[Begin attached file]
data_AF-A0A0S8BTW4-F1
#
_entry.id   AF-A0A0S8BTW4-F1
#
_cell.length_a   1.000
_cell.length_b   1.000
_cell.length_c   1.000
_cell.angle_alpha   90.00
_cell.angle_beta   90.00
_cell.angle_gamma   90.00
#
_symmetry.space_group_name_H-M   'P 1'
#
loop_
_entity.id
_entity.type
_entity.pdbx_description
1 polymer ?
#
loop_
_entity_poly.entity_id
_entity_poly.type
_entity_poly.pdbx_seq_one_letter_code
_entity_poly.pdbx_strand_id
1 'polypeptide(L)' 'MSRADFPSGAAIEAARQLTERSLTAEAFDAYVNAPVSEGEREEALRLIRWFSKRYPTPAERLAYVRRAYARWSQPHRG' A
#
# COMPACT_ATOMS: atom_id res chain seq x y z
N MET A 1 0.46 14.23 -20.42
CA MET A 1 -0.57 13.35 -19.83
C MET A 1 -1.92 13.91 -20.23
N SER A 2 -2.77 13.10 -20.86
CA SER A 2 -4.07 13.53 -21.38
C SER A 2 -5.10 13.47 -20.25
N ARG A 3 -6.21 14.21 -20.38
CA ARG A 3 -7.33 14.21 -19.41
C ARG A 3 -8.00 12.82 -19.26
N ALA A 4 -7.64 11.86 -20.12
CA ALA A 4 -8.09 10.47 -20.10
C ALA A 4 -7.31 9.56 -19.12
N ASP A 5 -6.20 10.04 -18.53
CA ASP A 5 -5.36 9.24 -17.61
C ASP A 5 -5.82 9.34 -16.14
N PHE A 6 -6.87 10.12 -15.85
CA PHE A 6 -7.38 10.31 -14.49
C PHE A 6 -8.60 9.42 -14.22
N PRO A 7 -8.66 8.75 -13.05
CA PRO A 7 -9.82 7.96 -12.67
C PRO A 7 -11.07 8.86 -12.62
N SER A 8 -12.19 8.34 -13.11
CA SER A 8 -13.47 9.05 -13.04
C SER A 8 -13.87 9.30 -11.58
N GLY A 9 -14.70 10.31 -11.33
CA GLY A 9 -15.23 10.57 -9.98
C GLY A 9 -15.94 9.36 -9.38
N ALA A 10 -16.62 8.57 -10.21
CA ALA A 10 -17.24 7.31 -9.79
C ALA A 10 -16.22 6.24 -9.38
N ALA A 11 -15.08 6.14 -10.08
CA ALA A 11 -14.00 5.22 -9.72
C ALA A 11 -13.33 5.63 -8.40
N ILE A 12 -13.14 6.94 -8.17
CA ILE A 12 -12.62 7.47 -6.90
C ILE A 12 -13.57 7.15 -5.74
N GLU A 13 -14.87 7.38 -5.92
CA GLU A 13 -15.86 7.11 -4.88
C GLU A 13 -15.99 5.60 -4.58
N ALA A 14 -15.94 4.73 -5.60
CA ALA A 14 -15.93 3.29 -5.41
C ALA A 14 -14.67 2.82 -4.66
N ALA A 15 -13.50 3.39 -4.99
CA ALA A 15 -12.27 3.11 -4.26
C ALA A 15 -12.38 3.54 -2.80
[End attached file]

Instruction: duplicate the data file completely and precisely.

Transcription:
data_AF-A0A0S8BTW4-F1
#
_entry.id   AF-A0A0S8BTW4-F1
#
_cell.length_a   1.000
_cell.length_b   1.000
_cell.length_c   1.000
_cell.angle_alpha   90.00
_cell.angle_beta   90.00
_cell.angle_gamma   90.00
#
_symmetry.space_group_name_H-M   'P 1'
#
loop_
_entity.id
_entity.type
_entity.pdbx_description
1 polymer ?
#
loop_
_entity_poly.entity_id
_entity_poly.type
_entity_poly.pdbx_seq_one_letter_code
_entity_poly.pdbx_strand_id
1 'polypeptide(L)' 'MSRADFPSGAAIEAARQLTERSLTAEAFDAYVNAPVSEGEREEALRLIRWFSKRYPTPAERLAYVRRAYARWSQPHRG' A
#
# COMPACT_ATOMS: atom_id res chain seq x y z
N MET A 1 0.46 14.23 -20.42
CA MET A 1 -0.57 13.35 -19.83
C MET A 1 -1.92 13.91 -20.23
N SER A 2 -2.77 13.10 -20.86
CA SER A 2 -4.07 13.53 -21.38
C SER A 2 -5.10 13.47 -20.25
N ARG A 3 -6.21 14.21 -20.38
CA ARG A 3 -7.33 14.21 -19.41
C ARG A 3 -8.00 12.82 -19.26
N ALA A 4 -7.64 11.86 -20.12
CA ALA A 4 -8.09 10.47 -20.10
C ALA A 4 -7.31 9.56 -19.12
N ASP A 5 -6.20 10.04 -18.53
CA ASP A 5 -5.36 9.24 -17.61
C ASP A 5 -5.82 9.34 -16.14
N PHE A 6 -6.87 10.12 -15.85
CA PHE A 6 -7.38 10.31 -14.49
C PHE A 6 -8.60 9.42 -14.22
N PRO A 7 -8.66 8.75 -13.05
CA PRO A 7 -9.82 7.96 -12.67
C PRO A 7 -11.07 8.86 -12.62
N SER A 8 -12.19 8.34 -13.11
CA SER A 8 -13.47 9.05 -13.04
C SER A 8 -13.87 9.30 -11.58
N GLY A 9 -14.70 10.31 -11.33
CA GLY A 9 -15.23 10.57 -9.98
C GLY A 9 -15.94 9.36 -9.38
N ALA A 10 -16.62 8.57 -10.21
CA ALA A 10 -17.24 7.31 -9.79
C ALA A 10 -16.22 6.24 -9.38
N ALA A 11 -15.08 6.14 -10.08
CA ALA A 11 -14.00 5.22 -9.72
C ALA A 11 -13.33 5.63 -8.40
N ILE A 12 -13.14 6.94 -8.17
CA ILE A 12 -12.62 7.47 -6.90
C ILE A 12 -13.57 7.15 -5.74
N GLU A 13 -14.87 7.38 -5.92
CA GLU A 13 -15.86 7.11 -4.88
C GLU A 13 -15.99 5.60 -4.58
N ALA A 14 -15.94 4.73 -5.60
CA ALA A 14 -15.93 3.29 -5.41
C ALA A 14 -14.67 2.82 -4.66
N ALA A 15 -13.50 3.39 -4.99
CA ALA A 15 -12.27 3.11 -4.26
C ALA A 15 -12.38 3.54 -2.80